Guest Post by John
Depending on what religion you come from, and what flavor within that religion, this question can be confusing to answer. Each religion believes that God has a favorite group of people and most of the time, the followers of that religion happen to be in his favorite group. What a coincidence!
As far as the Christian God goes, there are many verses throughout the Bible that talk about God’s mercy, favor, protection, intervention, kindness, etc. But there are other verses that talk about His jealousy, wrath, sorrow, anger, etc. Like the time where He killed 99.9% of all humans and animals on the planet because He didn’t like the way the humans He made turned out. Or all the times He told the Israelites to kill whole groups of people because they didn’t believe in the right God. And there was that time where He killed all the firstborn sons in Egypt to soften the heart of Pharaoh, after He hardened his heart to start with.
I hear Christians talk about how God helped them find their lost keys, or get a good parking spot at the store. They (and I used to do the same!) talk about how God kept them or loved ones out of accidents, healed them of some illness (always curable), helped them get a raise at work, and other wonderful things. But at the same time, 25,000 people around the world die every day from hunger or hunger-related issues. Just a day ago, earthquakes in Turkey and Syria killed more than 20,000 people. Recently, a pastor and his staff were flying from Memphis to Texas and the plane crashed, killing the staff. Since April 1999, there have been 23 fatal Christian church shootings. I hear people all the time saying that issues in schools are because we “removed God” from our schools. Ok, what about all these church shootings? It reminds me of George Carlin’s talk about religion being bullshit. Here is a small segment from that routine: “So, if there is a God, I think most reasonable people might agree that he’s at least incompetent, and maybe, just maybe, doesn’t give a shit. Doesn’t give a shit, which I admire in a person, and which would explain a lot of these bad results.”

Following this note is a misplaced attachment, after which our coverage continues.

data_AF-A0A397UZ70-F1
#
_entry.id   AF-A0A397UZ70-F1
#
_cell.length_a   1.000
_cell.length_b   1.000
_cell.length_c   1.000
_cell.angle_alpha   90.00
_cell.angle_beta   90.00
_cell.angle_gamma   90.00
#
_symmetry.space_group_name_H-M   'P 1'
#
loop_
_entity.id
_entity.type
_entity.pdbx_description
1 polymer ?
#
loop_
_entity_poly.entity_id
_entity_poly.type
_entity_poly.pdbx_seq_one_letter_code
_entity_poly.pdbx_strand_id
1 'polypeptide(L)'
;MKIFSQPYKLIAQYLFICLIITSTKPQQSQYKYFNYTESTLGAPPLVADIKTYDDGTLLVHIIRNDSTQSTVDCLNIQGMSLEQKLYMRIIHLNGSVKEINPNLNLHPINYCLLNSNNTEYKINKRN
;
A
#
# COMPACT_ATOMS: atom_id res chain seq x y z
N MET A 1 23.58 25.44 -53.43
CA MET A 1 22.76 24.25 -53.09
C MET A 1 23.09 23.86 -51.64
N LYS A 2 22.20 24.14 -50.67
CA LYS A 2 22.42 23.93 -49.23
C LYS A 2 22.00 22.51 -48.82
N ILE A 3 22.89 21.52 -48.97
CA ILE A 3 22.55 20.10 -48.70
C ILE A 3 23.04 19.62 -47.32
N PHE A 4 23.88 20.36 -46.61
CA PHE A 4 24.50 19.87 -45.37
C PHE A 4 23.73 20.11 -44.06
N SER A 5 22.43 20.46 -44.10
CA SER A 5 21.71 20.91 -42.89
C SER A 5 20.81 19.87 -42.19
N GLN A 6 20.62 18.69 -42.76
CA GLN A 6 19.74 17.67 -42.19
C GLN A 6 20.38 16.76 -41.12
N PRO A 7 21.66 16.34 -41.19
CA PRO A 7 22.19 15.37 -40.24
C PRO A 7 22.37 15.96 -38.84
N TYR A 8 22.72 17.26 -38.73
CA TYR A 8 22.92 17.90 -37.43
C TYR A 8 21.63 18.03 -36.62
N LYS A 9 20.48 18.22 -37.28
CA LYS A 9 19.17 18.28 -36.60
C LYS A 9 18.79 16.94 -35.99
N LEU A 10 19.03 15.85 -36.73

I’ve had a few instances where I narrowly escaped what probably would have been a bad event: a car accident that didn’t happen, a tornado that missed my house, a tree branch that fell and missed my car by inches. And in the past, I attributed these things to God watching out for me. But what about the countless Christians or Muslims or Hindus or whatever faith who weren’t so fortunate? Are they depending on the wrong God? Did they have a lapse in faith that took away the protection or favor of their God? Is their God testing them? Or, maybe their God doesn’t exist. Maybe no God exists? If there is a “God,” I tend to believe that it’s the type of God that Alan Watts and many others describe as, everything is a manifestation of God. This link explains it a bit: https://iawia.net/observations/god-playing-hide-and-seek/
But in my day-to-day life, I no longer believe that there is a God who cares about us. There is just too much evidence to the contrary. And people who try to explain away the mountains of evidence to the contrary have to go through so many mental gymnastics that it just gets silly. Good things happen. Bad things happen; often in seemingly unfair ways, and sometimes in what we would think of as fair ways. Karma; reaping what you sow — however you want to label it. Life happens. If we believe there is some sort of divine being who should be looking out for us and caring for us and doing things for us that we judge as good, life gets very confusing. I think if we can accept life as it is, the good and the bad, it takes a lot of the confusion, anger, and frustration out of life; not all of it, but a lot of it.
To clear up something that people might question, just because I no longer believe that there is a God who cares about us doesn’t mean I have a negative outlook on life. I actually have a better outlook on life now than I had when I was an Evangelical Christian. I like who I am and where I am in my beliefs about the world. I wasn’t able to say that as a Christian, for various reasons. It’s really nice and liberating to like who I am and who I am becoming.
I hope you and yours are doing as well as can be. Peace.
Bruce Gerencser, 66, lives in rural Northwest Ohio with his wife of 45 years. He and his wife have six grown children and thirteen grandchildren. Bruce pastored Evangelical churches for twenty-five years in Ohio, Texas, and Michigan. Bruce left the ministry in 2005, and in 2008 he left Christianity. Bruce is now a humanist and an atheist.
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